Lovely, Leafy Lagoons

By Michelle Domocol

Back to Inflourish: Cebu Blog

Lush lagoons are a wonderful site to relax. Sitting beside a pond or dipping your feet into a leafy lake has a restorative power for some. After an agitating day, watching water flow can slow down rattling thoughts and help you escape. You can lengthen you inhale and just concentrate on the wind pass through the waterside palms.

With some sturdy construction and consistent maintainance, a flourishing pond can provide an ample amount of respite. Sound appealing? Well here are some basic elements you can consider as you brainstorm your oasis.

  • Lagoon location. Choose a spot that has partial or full shade. This inhibits annoying green algal and mosquito growth and keeps your pond healthy.

In Healing Present, our main pool is shaded by tall palms, bamboo, vines, ferns, and a variety of low growing vegetation (Photo 1). The shade also keeps the water cool and refreshing during the dry, hot seasons. Healing Present also added fun fountains and mini-waterfalls to increase water circulation (Photo 1, C). That means less stagnant water eliminates mosquito infestations.

Photo 1. Healing Present’s lagoon: The partial shade, vegetation, & mini-waterfalls create optimal conditions for a healthy lagoon.
  • Details & Depth. The depth of your pond is up to you. It really depends on the intended function of your pond. Will it be decorative and part of a beautiful vista? Do you intend to swim in it? Would you look like to keep fish in the pond? Or would you like a mini local water habitat for your respite as well as for local fauna?

Research the appropriate depths for your pond’s intended purpose. Or consult a landscape professional for suggested pond depths.

Photo 2. Stone & concrete ledges in Healing Present Lagoon

In Healing Present, the lagoon is used for respite, swimming, and a local habitat (Photo 2). We also added sitting areas, lush vegetation, and stairs to achieve these functions. So we decided to build graded ledges around and inside the lagoon (Photo 2).

The deepest part of the lagoon is 1.2m (4 feet). This depth safely accomodates our youth and adult swimmers (Photo 2, B). Ledges within the pool provide built-in seating and steps (Photo 2, A) for swimmers. Terracing or graded areas around the pool make plant and water maintenance accessible and easy.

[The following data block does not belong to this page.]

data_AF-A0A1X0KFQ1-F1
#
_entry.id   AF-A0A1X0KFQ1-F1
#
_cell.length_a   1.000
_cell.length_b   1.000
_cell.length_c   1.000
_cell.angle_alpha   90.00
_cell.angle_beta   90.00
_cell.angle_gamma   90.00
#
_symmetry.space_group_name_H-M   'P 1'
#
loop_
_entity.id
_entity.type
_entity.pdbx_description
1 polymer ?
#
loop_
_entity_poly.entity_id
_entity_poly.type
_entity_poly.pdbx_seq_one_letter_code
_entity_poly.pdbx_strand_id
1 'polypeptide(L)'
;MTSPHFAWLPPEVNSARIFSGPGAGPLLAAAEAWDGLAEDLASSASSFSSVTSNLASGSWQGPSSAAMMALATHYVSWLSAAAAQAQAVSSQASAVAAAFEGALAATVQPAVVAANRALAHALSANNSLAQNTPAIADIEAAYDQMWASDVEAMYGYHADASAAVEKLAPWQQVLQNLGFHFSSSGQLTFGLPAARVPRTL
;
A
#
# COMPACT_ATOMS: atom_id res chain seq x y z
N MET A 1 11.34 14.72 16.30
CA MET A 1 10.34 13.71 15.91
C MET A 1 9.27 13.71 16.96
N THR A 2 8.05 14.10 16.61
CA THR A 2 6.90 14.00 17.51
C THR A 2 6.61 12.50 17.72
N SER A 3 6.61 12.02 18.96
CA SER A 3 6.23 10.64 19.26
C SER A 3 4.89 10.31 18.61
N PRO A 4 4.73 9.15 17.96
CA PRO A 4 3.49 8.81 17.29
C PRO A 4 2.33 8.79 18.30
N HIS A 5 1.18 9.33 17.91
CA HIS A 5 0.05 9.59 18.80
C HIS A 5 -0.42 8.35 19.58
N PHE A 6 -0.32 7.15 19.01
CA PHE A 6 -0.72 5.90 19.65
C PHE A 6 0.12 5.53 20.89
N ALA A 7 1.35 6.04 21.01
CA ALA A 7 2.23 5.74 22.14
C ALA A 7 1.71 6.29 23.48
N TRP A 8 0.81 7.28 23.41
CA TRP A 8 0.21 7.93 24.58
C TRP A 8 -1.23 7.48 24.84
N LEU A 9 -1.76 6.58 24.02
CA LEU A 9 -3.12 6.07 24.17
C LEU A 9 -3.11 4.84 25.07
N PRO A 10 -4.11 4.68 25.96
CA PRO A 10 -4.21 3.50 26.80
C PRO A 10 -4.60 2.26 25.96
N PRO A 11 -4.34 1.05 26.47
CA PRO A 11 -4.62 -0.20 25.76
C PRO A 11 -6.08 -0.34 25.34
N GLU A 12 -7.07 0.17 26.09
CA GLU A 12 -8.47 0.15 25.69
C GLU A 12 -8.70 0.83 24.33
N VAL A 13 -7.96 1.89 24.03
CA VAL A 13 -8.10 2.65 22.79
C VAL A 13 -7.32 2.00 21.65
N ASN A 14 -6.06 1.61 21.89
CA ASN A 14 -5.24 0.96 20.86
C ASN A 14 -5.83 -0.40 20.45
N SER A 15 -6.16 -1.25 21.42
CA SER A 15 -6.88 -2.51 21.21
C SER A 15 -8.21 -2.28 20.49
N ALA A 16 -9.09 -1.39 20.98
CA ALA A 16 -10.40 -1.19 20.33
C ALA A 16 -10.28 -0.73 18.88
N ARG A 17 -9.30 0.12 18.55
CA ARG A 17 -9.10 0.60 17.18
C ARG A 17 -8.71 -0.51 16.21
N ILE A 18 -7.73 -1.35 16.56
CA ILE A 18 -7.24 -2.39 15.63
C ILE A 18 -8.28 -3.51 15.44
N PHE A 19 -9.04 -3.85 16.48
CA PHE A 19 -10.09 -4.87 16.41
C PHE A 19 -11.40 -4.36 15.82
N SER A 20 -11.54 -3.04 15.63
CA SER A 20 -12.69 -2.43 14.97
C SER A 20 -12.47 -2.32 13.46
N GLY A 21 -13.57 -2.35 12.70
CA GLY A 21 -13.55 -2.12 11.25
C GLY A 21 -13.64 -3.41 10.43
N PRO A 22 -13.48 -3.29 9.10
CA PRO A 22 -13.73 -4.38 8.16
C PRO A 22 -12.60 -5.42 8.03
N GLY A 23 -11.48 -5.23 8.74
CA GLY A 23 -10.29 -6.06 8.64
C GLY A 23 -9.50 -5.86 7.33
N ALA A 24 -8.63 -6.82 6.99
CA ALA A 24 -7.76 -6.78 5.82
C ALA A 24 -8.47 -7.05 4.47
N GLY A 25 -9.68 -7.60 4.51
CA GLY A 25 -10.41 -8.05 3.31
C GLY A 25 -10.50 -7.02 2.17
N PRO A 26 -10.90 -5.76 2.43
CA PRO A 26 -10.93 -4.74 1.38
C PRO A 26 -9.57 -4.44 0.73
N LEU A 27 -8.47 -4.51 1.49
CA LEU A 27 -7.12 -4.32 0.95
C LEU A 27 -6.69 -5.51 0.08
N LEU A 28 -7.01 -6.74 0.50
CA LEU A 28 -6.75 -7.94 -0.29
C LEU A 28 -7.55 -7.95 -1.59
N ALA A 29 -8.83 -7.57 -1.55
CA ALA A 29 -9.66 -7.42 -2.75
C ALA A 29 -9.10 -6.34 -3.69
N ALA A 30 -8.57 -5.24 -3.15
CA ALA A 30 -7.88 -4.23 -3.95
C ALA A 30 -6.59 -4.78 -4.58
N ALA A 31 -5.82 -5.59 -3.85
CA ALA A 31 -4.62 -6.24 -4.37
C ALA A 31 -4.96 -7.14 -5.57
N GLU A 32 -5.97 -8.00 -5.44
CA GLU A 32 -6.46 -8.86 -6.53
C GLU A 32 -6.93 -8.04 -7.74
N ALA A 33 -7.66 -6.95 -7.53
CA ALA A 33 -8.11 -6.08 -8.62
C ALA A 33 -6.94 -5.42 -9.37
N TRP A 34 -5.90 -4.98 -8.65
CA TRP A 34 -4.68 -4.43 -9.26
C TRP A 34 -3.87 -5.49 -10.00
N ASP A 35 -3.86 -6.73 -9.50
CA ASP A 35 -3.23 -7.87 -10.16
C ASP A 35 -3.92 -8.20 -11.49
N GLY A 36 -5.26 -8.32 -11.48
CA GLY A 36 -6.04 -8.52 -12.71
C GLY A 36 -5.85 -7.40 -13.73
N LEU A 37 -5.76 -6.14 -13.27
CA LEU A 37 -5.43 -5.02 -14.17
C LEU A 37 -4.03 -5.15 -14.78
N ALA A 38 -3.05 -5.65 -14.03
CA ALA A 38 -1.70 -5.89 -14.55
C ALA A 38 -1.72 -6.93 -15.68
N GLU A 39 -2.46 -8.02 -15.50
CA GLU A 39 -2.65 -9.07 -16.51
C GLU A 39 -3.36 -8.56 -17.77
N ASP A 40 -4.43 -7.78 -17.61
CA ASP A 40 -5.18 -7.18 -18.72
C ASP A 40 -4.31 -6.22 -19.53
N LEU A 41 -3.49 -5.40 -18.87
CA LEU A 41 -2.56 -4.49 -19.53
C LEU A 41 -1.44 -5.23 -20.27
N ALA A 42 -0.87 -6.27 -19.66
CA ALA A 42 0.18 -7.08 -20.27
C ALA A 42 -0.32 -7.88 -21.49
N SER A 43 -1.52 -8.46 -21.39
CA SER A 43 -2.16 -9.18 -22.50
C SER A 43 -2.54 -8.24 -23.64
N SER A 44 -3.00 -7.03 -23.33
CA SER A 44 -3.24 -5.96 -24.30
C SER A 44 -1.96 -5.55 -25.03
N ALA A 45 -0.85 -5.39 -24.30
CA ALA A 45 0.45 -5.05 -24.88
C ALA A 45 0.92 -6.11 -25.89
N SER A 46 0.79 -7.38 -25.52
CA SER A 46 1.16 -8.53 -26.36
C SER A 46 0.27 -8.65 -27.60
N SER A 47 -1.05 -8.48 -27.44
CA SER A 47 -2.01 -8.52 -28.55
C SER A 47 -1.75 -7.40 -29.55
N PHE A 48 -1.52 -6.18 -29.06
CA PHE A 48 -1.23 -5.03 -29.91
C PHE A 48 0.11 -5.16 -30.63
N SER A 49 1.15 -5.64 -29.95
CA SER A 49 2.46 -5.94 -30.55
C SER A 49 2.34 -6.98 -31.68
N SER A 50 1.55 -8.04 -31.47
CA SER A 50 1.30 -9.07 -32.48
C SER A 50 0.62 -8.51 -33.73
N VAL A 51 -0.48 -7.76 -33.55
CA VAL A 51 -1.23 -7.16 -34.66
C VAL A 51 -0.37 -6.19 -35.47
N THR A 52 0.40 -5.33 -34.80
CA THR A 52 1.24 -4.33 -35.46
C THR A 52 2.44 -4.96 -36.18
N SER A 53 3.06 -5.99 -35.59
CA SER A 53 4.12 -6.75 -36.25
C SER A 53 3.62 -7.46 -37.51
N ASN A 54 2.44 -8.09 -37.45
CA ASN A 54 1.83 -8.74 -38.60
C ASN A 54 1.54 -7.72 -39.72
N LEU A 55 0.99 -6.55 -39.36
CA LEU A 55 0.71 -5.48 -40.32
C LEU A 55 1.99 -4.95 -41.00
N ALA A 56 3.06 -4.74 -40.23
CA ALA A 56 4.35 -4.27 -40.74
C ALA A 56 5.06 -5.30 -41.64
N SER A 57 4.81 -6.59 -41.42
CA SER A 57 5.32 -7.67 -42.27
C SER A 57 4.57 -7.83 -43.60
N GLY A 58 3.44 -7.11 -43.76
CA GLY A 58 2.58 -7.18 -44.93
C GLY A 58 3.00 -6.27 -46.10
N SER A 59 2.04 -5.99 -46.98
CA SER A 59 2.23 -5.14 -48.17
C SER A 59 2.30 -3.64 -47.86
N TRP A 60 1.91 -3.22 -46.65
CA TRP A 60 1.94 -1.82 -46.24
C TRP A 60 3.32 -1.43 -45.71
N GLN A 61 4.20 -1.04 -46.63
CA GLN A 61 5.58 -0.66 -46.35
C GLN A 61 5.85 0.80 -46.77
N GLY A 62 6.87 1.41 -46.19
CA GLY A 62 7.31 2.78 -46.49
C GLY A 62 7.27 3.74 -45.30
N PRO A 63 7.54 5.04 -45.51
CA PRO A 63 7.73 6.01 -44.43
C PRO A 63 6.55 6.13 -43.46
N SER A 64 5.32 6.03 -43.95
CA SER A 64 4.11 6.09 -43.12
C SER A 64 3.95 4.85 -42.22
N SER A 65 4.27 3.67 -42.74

• Leafy & Lush. For me, plant planning is best phase of a waterside project. When we add the right plants, a boring cement pool or fancy puddle comes alive. In the Philippines, a variety of:
    • water-loving lilies,
    • irises,
    • water reeds,
    • moisture-tolerant palms,
    • flowering gingers, and
    • colorful crotons

are commonly available.

Luckily, the tropics gift us with an impressive range of water-loving plants. Remember, with planning, your can choose plants that help you achieve your water garden’s intended purpose.

Perhaps you want specific floating plants for your fish’s food and protection. Or maybe you want low-maintenance, fast growing plants that grow all year-round so you can easily and shade your swimming spot. Or you may want native, moisture-tolerant palms and grasses that songbirds will like.

  • Illuminated evenings. Consider adding lights to your lovely water feature. Solar-powered LEDs or halogen lights extend the use of your pond into the night. With recessed lights or spotlights, you can enjoy the pond without tripping or accidently falling in.

Visitors can sit waterside or swim under the stars. You can add recessed lighting to garden steps or decks around the pond. Or you can add underwater lighting on the lagoon floor or in the pond walls. Alternatively, spotlights can also amongst the vegetation bordering the pond.

  • In-ground or Above ground. Many who’d dream of grand, flowing water feature get turned off by the construction process and investment. One way to install a pond or lagoon without digging holes is an above ground option. There are a variety of materials and designs for an above ground water feature.